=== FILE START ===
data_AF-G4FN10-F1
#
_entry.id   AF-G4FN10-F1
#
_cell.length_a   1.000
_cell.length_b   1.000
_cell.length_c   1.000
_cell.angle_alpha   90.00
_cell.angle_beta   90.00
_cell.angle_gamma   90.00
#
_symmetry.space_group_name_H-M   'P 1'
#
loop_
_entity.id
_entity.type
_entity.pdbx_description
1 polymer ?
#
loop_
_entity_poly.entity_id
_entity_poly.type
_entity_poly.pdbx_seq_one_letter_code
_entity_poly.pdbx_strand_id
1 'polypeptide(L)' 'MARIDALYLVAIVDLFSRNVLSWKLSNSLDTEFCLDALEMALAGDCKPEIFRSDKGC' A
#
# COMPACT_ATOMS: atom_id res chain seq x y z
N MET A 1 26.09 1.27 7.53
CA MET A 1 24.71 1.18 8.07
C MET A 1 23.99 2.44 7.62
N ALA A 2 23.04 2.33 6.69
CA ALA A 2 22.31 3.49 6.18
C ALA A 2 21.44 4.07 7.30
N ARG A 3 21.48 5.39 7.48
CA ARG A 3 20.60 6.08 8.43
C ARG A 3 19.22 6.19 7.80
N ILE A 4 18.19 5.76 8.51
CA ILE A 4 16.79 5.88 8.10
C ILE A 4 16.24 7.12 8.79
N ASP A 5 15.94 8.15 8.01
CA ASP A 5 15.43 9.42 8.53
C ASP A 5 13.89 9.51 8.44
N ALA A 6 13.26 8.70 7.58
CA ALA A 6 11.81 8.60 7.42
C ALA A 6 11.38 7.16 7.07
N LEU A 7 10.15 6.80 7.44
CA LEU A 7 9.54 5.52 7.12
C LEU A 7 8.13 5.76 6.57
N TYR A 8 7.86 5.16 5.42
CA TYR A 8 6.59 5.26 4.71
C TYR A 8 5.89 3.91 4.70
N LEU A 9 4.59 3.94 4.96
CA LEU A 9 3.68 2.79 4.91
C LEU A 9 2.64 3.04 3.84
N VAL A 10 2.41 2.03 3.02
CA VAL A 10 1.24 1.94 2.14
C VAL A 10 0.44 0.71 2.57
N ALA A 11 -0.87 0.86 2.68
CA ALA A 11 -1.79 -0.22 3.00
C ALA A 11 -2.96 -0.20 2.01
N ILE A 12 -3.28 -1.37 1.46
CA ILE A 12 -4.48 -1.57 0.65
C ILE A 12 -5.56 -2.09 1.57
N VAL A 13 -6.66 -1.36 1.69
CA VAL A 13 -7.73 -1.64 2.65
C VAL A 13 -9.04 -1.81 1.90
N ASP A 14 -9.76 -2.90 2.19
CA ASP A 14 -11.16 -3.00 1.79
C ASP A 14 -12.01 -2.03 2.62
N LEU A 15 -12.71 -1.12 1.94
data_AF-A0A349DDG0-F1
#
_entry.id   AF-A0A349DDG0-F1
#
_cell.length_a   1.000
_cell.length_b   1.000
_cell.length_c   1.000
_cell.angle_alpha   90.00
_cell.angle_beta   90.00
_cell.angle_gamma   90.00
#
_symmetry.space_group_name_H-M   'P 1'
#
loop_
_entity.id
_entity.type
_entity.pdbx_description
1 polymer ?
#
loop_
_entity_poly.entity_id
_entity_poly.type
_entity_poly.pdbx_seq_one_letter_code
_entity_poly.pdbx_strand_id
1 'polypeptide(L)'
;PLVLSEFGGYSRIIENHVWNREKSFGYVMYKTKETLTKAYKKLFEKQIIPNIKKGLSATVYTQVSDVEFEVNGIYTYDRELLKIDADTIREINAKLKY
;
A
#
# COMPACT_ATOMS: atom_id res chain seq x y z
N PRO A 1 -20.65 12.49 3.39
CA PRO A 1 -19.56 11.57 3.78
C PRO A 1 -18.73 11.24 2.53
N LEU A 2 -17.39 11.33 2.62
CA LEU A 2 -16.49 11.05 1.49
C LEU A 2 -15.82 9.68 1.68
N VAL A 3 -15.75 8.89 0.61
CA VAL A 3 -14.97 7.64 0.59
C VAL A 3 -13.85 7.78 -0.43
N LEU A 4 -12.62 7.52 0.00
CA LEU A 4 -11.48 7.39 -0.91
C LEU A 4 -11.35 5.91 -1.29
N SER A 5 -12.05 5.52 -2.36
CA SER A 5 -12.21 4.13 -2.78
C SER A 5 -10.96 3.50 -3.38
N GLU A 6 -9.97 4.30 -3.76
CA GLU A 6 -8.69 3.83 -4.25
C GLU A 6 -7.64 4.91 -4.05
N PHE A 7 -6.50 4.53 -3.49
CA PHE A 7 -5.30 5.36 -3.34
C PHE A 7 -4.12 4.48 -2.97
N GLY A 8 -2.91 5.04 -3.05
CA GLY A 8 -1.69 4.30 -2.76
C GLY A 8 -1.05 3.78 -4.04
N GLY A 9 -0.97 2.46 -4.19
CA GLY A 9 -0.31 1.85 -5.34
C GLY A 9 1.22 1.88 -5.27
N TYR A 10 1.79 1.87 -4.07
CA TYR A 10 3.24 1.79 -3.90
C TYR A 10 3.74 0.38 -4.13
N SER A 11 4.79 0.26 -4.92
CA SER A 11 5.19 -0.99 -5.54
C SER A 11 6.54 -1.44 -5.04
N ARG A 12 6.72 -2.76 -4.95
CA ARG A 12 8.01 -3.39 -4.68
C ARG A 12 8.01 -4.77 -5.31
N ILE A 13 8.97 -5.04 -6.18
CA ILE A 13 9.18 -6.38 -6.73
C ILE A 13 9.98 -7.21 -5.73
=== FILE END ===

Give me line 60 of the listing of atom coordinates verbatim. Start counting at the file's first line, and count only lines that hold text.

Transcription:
C ALA A 11 -2.96 -0.20 2.01